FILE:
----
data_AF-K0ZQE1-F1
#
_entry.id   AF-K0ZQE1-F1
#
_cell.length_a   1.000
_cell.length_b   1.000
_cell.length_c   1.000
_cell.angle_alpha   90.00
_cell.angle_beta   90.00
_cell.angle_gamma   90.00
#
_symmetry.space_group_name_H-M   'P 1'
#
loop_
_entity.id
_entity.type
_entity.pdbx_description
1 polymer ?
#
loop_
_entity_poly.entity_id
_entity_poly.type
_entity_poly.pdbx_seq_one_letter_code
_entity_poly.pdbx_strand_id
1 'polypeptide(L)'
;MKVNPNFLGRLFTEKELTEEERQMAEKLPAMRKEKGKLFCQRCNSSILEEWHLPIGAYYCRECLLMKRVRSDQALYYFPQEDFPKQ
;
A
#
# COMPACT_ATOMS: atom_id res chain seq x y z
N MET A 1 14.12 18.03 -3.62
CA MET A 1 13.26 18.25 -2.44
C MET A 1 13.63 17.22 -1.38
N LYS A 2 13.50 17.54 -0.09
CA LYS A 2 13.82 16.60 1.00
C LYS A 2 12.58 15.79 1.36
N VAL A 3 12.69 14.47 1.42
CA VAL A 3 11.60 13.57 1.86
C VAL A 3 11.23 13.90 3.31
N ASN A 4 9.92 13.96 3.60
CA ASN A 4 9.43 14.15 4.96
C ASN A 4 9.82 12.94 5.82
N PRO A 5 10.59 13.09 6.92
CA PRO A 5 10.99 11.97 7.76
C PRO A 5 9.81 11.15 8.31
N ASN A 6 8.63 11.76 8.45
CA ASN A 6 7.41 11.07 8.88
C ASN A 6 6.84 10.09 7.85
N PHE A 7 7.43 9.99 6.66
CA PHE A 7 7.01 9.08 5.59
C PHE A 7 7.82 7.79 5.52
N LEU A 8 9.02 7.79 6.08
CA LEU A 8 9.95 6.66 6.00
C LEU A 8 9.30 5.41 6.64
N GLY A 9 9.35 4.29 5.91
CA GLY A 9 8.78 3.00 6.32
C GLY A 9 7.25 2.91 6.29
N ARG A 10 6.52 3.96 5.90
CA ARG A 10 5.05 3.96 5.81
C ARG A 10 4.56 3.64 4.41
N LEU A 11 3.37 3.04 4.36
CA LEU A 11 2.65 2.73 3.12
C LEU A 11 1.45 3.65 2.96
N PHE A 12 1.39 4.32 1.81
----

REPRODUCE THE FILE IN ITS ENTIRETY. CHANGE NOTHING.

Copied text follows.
data_AF-K0ZQE1-F1
#
_entry.id   AF-K0ZQE1-F1
#
_cell.length_a   1.000
_cell.length_b   1.000
_cell.length_c   1.000
_cell.angle_alpha   90.00
_cell.angle_beta   90.00
_cell.angle_gamma   90.00
#
_symmetry.space_group_name_H-M   'P 1'
#
loop_
_entity.id
_entity.type
_entity.pdbx_description
1 polymer ?
#
loop_
_entity_poly.entity_id
_entity_poly.type
_entity_poly.pdbx_seq_one_letter_code
_entity_poly.pdbx_strand_id
1 'polypeptide(L)'
;MKVNPNFLGRLFTEKELTEEERQMAEKLPAMRKEKGKLFCQRCNSSILEEWHLPIGAYYCRECLLMKRVRSDQALYYFPQEDFPKQ
;
A
#
# COMPACT_ATOMS: atom_id res chain seq x y z
N MET A 1 14.12 18.03 -3.62
CA MET A 1 13.26 18.25 -2.44
C MET A 1 13.63 17.22 -1.38
N LYS A 2 13.50 17.54 -0.09
CA LYS A 2 13.82 16.60 1.00
C LYS A 2 12.58 15.79 1.36
N VAL A 3 12.69 14.47 1.42
CA VAL A 3 11.60 13.57 1.86
C VAL A 3 11.23 13.90 3.31
N ASN A 4 9.92 13.96 3.60
CA ASN A 4 9.43 14.15 4.96
C ASN A 4 9.82 12.94 5.82
N PRO A 5 10.59 13.09 6.92
CA PRO A 5 10.99 11.97 7.76
C PRO A 5 9.81 11.15 8.31
N ASN A 6 8.63 11.76 8.45
CA ASN A 6 7.41 11.07 8.88
C ASN A 6 6.84 10.09 7.85
N PHE A 7 7.43 9.99 6.66
CA PHE A 7 7.01 9.08 5.59
C PHE A 7 7.82 7.79 5.52
N LEU A 8 9.02 7.79 6.08
CA LEU A 8 9.95 6.66 6.00
C LEU A 8 9.30 5.41 6.64
N GLY A 9 9.35 4.29 5.91
CA GLY A 9 8.78 3.00 6.32
C GLY A 9 7.25 2.91 6.29
N ARG A 10 6.52 3.96 5.90
CA ARG A 10 5.05 3.96 5.81
C ARG A 10 4.56 3.64 4.41
N LEU A 11 3.37 3.04 4.36
CA LEU A 11 2.65 2.73 3.12
C LEU A 11 1.45 3.65 2.96
N PHE A 12 1.39 4.32 1.81